Why this layer matters: To provide universal access to irrefutable data, these technologies must reflect the organisation’s needs and ambitions.

7. Usage

Once you’ve measured and gauged data maturity across so many levels, you’re now able to put your data to work.

How data usage improves data maturity: When data is used correctly, the benefits are endless. Teams are more confident and able to make better decisions, they have accurate information upon which to base their selections, and data-driven outcomes significantly reduce waste.

What measuring this layer tells you: How usable and available is your data? Also, what is the complexity of the analyses you perform on your data?

Why this layer matters: Organisations that deploy more complex analytics in an ethical and effective manner can ensure that their decisions are accurate and informed. What’s more, they are also capable of accelerating their decision-making processes.

How can you climb the data maturity curve?

Improving data maturity depends on pursuing objectives and benchmarks which reinforce good data management and allow an organisation to climb the data maturity curve.

infographic showing the steps for climbing the data maturity curve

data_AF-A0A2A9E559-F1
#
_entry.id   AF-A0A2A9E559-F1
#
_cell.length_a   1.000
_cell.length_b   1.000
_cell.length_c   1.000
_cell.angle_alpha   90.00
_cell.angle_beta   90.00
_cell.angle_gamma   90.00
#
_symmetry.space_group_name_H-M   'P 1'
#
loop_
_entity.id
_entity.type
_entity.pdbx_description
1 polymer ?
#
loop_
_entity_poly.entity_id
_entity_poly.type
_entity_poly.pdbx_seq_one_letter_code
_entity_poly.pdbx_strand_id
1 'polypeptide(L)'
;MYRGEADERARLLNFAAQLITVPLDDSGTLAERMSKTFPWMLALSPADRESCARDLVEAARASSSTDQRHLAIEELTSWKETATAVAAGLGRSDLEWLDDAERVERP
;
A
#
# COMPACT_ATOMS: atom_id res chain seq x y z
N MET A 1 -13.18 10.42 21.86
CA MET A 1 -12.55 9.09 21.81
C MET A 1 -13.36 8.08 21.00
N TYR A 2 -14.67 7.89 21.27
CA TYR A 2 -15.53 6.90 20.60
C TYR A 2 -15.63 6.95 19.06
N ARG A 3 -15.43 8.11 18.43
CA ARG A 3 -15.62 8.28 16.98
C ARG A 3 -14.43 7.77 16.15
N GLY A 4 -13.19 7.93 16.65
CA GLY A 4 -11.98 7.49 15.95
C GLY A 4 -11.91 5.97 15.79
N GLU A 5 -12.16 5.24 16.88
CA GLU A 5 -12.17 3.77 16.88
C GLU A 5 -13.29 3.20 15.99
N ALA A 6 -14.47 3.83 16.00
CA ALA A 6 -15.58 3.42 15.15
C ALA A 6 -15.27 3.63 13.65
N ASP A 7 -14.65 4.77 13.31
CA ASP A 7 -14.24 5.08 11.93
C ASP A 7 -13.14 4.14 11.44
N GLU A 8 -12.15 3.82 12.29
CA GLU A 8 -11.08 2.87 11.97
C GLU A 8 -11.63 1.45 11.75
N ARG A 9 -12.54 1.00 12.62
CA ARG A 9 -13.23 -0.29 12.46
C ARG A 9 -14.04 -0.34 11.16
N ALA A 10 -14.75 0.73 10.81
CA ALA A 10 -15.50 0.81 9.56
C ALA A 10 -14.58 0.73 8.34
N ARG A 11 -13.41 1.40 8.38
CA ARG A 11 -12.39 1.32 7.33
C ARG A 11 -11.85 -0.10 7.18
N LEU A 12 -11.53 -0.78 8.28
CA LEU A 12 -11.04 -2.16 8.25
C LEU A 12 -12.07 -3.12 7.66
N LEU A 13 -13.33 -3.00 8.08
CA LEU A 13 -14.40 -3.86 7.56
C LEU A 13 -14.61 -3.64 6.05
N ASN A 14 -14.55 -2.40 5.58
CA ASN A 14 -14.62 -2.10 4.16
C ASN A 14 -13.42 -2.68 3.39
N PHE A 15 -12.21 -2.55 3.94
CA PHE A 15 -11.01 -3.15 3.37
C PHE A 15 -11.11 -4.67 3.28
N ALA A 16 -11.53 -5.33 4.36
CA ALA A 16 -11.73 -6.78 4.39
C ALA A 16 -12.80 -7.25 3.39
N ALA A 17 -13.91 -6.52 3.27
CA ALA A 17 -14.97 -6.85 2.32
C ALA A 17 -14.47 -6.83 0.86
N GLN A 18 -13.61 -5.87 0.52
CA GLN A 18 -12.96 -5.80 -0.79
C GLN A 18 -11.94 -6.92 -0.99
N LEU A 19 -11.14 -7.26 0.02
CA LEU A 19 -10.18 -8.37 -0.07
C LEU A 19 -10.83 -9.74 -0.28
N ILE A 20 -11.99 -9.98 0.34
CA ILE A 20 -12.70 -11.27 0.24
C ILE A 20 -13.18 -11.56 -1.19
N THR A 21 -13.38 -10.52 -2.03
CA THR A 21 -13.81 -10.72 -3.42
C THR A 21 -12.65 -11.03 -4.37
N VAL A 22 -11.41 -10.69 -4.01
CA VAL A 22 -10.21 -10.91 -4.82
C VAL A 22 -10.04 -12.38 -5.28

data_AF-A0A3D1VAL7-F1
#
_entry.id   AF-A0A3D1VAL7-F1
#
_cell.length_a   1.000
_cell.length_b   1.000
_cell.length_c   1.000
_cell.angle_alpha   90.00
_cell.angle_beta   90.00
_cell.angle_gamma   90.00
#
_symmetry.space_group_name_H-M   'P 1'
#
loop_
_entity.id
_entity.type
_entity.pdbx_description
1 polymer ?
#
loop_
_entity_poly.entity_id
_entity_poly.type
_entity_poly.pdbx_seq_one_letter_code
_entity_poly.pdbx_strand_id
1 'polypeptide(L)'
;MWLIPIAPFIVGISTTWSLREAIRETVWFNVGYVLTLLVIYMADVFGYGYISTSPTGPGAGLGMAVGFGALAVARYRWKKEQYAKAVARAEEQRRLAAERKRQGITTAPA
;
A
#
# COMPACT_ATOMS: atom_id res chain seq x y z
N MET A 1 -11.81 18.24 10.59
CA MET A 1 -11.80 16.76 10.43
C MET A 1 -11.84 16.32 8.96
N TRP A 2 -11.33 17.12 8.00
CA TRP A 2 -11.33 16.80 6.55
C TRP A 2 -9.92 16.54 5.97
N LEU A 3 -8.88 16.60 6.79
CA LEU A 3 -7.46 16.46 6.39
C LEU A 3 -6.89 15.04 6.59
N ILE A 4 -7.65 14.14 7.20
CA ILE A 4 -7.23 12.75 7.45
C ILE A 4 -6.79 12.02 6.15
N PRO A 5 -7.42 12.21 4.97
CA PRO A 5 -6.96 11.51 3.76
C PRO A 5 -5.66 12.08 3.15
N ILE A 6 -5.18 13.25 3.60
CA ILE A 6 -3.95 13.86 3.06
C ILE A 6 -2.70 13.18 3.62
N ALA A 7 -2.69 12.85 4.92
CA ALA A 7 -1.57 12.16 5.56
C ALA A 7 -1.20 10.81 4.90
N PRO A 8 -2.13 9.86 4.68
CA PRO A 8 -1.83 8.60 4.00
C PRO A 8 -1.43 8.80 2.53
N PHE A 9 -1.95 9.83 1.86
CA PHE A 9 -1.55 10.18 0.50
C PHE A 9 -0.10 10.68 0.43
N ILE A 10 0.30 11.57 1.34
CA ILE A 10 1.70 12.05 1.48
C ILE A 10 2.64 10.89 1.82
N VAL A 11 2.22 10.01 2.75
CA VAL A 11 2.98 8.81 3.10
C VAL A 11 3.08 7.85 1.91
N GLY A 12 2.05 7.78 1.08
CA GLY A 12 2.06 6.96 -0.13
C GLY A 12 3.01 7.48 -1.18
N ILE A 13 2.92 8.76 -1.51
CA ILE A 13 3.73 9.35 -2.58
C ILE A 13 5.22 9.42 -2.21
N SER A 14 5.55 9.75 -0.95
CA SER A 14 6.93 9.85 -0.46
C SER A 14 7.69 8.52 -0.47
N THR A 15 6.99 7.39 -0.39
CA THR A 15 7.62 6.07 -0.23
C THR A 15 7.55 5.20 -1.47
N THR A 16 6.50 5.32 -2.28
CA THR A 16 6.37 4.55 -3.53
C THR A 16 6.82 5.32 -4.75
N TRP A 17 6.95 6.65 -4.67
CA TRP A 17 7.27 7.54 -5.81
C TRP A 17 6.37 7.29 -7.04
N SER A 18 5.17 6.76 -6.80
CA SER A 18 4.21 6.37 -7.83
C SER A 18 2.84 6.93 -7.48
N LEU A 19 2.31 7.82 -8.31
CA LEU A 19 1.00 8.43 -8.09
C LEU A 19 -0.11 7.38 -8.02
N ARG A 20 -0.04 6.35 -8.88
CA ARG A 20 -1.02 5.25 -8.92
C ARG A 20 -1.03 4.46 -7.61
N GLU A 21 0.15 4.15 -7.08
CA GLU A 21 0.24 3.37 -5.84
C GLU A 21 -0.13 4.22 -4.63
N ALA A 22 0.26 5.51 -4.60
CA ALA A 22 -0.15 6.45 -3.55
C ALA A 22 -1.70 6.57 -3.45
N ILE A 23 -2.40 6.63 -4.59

1.Defining your data

To climb the data maturity curve, you first have to establish your “as-is” state. Where are you starting from? Begin by assessing what data you have and what it is currently used for. Next, seek to evaluate your data’s value and maturity. Where could your data create the most value? Also, where are your health and maturity lacking, i.e., where is your data letting you down?

2. Investing in the data

Next, invest in the data which boasts the lowest maturity scores but provides the most value to the organisation. Identify the root causes of low maturity and invest in sustainable, long-term solutions.

An organisation with higher levels of maturity is capable of dealing with data quality issues as soon as they arise, rather than when they cause problems. Instead of expending resources patching up data problems late in the data cycle, higher maturity means these errors have been spotted and fixed before they affect the user.

3. Managing the data

Organisations that have created governance structures, operating models, policy procedures, and set standards and guidelines around their data are able to ensure its quality throughout its lifecycle.

These structures allow companies to align their efforts around their most important data. By combining these resources and encouraging ownership and accountability based on data performance, teams come to believe in and cherish their data. 

Technology can lull organisations into a false sense of data governance security, as they come to rely on it to ensure good practice, until something goes wrong. Data governance depends on people, and the technology is simply there to support them.